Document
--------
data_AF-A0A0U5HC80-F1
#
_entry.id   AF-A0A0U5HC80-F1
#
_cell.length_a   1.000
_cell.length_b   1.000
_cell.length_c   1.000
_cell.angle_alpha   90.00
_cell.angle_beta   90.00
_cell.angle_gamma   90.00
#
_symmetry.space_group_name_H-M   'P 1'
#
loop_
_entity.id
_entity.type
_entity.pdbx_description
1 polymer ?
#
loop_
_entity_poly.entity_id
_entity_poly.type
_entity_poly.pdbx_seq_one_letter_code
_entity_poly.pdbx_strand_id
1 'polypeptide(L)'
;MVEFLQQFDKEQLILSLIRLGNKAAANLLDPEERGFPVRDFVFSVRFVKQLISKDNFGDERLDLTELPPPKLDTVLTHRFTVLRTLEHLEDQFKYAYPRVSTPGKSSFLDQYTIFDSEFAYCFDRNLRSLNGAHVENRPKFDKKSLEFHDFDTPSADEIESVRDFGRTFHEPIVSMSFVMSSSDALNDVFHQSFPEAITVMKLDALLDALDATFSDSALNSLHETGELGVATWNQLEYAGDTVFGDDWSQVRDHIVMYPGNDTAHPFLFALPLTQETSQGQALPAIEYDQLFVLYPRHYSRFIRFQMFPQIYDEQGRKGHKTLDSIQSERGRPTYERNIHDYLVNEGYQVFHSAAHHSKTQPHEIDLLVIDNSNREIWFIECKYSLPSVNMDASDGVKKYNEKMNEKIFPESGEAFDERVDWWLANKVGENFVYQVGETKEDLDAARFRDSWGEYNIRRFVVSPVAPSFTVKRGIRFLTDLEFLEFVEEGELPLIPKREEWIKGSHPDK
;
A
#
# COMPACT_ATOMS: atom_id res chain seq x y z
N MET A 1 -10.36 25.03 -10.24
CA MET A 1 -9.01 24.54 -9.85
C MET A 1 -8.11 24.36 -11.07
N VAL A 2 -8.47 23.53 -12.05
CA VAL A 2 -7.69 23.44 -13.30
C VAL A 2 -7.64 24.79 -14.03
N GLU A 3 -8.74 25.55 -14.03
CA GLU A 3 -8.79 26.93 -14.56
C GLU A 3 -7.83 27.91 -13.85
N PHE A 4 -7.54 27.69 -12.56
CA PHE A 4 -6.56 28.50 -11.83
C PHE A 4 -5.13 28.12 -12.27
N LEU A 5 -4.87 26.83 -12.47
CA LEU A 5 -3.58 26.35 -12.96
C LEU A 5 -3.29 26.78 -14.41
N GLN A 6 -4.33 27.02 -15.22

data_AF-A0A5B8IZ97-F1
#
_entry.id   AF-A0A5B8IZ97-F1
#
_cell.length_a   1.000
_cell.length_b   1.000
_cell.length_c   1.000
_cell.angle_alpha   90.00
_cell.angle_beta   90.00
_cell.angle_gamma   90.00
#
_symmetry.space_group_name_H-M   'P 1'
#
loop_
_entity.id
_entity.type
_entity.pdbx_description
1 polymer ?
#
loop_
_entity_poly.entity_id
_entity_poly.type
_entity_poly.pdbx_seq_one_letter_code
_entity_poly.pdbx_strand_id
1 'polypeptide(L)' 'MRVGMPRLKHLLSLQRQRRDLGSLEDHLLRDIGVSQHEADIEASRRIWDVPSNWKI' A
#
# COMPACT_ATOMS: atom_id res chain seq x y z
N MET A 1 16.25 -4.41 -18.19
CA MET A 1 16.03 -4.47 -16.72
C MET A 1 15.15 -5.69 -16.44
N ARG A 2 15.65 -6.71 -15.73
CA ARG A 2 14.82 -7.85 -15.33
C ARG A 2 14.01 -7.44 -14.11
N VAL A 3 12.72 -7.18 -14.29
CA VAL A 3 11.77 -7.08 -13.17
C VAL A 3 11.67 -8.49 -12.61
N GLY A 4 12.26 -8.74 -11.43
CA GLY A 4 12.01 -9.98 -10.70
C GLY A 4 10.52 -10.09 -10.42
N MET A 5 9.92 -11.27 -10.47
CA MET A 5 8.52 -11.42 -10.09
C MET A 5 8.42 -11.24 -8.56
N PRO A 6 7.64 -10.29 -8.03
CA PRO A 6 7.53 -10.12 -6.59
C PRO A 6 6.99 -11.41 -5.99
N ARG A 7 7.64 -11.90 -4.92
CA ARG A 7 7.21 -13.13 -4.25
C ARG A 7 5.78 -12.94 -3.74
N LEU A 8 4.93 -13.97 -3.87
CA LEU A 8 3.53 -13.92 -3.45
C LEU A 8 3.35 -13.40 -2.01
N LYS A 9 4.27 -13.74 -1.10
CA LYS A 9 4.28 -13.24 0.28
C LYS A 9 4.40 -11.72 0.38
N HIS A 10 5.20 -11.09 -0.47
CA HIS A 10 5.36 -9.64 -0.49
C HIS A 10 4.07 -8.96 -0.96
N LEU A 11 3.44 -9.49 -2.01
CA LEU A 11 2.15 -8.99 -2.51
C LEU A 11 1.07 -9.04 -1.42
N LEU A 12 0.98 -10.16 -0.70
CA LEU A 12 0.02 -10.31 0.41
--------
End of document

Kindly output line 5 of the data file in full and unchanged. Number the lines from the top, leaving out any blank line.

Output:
_cell.length_a   1.000